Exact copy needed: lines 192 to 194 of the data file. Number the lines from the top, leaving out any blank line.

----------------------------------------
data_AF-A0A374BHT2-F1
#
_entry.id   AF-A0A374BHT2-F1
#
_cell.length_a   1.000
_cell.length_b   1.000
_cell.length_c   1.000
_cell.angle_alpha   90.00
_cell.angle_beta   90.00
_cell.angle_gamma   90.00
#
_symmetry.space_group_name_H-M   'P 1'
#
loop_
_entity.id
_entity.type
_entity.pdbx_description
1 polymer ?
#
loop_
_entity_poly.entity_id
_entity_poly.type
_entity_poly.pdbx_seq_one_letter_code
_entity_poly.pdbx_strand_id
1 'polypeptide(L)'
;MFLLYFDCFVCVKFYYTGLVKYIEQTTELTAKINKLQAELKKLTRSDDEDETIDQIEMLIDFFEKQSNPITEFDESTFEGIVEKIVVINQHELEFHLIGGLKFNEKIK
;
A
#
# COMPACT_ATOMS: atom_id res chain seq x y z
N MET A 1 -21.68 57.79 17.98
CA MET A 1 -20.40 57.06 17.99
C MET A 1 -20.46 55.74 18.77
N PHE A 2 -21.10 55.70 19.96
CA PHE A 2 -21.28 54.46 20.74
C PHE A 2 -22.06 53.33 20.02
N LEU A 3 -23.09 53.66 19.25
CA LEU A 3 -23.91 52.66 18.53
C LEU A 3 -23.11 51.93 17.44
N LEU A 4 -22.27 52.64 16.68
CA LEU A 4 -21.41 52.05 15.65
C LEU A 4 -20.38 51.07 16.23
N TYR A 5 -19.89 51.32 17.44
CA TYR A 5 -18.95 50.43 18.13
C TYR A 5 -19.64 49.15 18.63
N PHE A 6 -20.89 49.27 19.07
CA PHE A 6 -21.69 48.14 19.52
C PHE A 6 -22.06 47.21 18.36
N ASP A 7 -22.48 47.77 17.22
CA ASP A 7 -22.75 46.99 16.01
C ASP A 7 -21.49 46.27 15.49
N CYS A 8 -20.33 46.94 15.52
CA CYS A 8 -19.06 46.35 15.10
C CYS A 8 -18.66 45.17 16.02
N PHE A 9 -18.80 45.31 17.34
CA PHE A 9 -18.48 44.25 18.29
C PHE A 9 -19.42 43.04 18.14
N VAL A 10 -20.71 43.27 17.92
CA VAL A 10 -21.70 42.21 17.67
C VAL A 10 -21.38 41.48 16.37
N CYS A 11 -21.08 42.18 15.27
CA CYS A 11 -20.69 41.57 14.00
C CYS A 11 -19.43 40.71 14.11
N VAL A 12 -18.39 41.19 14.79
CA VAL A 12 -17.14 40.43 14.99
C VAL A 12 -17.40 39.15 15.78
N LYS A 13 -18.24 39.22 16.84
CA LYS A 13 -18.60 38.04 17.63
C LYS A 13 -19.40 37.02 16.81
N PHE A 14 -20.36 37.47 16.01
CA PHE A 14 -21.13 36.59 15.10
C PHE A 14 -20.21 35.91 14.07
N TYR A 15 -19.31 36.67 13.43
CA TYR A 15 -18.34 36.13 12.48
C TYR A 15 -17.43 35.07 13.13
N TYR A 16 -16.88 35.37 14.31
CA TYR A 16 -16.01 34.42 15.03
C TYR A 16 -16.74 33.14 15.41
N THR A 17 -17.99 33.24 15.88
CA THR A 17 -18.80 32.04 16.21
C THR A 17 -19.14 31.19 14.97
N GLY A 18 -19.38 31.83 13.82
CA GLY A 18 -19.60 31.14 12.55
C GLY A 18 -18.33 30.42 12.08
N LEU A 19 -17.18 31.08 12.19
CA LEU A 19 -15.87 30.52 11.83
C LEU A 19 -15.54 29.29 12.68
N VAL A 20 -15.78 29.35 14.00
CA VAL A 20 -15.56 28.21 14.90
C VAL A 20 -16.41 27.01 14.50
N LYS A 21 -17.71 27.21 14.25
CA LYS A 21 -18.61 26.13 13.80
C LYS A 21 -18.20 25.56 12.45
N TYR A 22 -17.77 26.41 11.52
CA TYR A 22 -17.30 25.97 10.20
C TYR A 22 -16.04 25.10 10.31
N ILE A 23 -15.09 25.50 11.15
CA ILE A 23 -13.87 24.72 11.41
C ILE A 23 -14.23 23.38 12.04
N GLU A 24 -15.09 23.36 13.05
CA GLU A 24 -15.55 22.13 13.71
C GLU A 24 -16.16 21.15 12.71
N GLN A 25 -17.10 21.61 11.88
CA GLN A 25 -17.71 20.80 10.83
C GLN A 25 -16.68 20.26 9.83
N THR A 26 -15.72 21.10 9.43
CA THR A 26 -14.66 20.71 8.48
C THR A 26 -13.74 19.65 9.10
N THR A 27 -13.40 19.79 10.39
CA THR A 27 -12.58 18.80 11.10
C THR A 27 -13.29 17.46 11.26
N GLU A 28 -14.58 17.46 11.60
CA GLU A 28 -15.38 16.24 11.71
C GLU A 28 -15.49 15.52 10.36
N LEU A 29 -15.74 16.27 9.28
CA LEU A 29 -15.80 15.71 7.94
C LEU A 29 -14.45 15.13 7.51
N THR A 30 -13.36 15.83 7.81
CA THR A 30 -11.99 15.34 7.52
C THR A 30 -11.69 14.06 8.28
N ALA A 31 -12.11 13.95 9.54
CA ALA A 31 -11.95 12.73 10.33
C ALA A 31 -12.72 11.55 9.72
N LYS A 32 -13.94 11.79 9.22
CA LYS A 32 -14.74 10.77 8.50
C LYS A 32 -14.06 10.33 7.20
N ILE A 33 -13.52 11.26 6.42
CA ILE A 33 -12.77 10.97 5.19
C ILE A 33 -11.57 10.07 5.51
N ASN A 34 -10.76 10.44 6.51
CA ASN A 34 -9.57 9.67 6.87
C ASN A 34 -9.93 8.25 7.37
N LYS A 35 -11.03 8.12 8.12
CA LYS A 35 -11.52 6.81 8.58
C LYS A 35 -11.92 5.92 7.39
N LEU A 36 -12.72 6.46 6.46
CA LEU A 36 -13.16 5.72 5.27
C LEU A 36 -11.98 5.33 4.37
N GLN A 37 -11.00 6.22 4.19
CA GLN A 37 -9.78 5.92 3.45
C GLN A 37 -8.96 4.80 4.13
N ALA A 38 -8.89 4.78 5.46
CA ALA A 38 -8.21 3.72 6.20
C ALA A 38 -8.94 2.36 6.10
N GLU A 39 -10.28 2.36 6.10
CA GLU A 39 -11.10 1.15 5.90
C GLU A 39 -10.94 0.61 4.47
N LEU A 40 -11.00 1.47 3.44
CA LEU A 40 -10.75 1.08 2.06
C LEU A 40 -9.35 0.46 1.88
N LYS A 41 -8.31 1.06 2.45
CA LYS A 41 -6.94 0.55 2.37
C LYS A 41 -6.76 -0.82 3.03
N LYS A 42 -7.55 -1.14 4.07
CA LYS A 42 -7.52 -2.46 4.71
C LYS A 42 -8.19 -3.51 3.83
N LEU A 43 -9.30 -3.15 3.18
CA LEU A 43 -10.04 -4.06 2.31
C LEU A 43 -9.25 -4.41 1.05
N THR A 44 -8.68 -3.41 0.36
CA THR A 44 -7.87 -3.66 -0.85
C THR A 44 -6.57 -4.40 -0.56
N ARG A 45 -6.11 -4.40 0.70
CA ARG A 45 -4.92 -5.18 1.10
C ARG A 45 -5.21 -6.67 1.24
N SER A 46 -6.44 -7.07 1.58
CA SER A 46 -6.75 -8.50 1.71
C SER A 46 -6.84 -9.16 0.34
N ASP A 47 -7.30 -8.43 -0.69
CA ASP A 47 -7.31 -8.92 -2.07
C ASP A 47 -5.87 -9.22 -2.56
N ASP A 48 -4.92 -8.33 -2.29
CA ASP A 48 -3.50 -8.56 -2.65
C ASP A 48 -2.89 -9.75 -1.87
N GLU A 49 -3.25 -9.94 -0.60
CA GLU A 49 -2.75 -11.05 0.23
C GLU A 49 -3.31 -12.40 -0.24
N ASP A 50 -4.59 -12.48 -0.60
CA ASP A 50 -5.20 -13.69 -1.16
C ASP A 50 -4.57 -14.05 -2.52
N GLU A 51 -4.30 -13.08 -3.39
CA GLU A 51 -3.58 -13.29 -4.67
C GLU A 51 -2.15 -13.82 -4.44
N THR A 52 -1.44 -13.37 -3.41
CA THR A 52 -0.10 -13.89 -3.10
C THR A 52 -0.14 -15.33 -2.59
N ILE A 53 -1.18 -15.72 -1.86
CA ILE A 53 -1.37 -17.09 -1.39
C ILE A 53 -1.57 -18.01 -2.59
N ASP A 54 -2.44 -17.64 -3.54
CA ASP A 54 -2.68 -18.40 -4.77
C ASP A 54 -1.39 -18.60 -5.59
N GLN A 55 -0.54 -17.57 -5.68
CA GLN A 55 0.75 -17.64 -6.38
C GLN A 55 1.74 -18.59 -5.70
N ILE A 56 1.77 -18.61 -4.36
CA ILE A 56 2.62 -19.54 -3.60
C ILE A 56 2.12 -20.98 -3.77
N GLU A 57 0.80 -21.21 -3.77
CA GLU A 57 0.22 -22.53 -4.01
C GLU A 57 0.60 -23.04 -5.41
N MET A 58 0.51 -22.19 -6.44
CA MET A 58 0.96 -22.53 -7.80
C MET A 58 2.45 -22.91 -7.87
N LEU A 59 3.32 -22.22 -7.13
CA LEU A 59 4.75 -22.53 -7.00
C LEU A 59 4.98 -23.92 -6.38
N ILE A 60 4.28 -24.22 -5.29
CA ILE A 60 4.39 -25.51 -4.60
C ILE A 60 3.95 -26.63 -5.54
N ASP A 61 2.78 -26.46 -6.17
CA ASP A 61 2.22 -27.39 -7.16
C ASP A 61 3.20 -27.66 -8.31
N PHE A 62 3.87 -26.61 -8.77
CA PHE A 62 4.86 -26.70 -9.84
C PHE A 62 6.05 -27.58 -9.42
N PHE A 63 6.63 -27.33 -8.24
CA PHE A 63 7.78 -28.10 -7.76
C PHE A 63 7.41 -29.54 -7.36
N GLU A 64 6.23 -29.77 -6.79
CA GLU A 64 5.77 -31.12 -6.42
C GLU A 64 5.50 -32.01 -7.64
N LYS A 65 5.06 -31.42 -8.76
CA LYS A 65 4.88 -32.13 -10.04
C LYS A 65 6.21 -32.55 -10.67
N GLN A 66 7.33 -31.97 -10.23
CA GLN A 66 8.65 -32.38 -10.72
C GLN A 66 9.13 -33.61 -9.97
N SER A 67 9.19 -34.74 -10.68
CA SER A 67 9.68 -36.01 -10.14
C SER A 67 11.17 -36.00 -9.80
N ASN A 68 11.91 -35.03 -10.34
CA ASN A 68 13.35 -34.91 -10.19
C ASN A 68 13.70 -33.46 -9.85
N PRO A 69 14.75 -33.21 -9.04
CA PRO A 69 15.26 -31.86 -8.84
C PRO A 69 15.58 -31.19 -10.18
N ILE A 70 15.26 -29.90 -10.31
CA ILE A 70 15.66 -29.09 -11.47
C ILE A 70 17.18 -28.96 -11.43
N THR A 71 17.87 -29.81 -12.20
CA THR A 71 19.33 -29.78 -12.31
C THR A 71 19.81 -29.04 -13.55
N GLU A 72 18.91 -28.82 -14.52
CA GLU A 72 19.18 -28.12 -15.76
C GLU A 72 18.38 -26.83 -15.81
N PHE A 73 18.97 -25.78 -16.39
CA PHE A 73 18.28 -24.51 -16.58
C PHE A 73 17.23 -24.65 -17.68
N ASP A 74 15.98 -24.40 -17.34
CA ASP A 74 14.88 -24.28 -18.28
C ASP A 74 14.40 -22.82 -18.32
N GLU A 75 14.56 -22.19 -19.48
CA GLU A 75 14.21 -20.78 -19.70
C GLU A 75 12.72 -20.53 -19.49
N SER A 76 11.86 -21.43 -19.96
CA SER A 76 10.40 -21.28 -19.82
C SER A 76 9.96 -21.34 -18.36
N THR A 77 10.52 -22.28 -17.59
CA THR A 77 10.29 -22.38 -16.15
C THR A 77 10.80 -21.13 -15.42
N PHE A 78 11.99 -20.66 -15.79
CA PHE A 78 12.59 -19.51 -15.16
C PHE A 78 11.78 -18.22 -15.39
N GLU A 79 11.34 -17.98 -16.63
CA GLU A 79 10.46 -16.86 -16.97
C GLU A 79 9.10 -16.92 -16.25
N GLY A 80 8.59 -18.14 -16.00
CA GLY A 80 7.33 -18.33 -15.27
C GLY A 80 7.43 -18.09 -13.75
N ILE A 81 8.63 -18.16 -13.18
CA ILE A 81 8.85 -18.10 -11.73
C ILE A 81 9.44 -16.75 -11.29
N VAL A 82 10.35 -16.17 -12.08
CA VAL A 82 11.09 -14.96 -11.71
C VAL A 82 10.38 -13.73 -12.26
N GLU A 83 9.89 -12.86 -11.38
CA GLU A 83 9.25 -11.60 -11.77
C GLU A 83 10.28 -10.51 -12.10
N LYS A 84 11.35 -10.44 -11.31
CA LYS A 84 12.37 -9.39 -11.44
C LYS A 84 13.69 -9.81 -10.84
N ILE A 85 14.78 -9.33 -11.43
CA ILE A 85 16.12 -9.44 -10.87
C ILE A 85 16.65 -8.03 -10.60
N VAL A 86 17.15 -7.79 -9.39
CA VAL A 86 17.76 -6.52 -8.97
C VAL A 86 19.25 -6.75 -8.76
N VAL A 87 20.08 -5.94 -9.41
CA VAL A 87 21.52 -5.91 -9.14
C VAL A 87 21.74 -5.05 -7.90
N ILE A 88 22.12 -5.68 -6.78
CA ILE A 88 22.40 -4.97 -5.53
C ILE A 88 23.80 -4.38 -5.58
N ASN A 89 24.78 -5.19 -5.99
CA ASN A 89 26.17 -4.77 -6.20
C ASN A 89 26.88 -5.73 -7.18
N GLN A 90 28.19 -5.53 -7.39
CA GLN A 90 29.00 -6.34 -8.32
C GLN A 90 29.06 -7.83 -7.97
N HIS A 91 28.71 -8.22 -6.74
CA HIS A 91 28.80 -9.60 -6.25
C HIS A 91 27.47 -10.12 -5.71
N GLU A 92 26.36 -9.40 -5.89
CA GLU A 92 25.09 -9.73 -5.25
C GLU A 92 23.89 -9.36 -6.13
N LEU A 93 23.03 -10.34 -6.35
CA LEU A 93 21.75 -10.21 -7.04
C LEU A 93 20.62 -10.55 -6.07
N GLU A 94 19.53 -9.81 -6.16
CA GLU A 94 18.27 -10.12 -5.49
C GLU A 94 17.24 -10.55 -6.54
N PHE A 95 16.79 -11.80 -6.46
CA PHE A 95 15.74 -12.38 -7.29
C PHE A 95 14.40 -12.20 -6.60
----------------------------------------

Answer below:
C ASP A 54 -1.39 -18.60 -5.59
N GLN A 55 -0.54 -17.57 -5.68
CA GLN A 55 0.75 -17.64 -6.38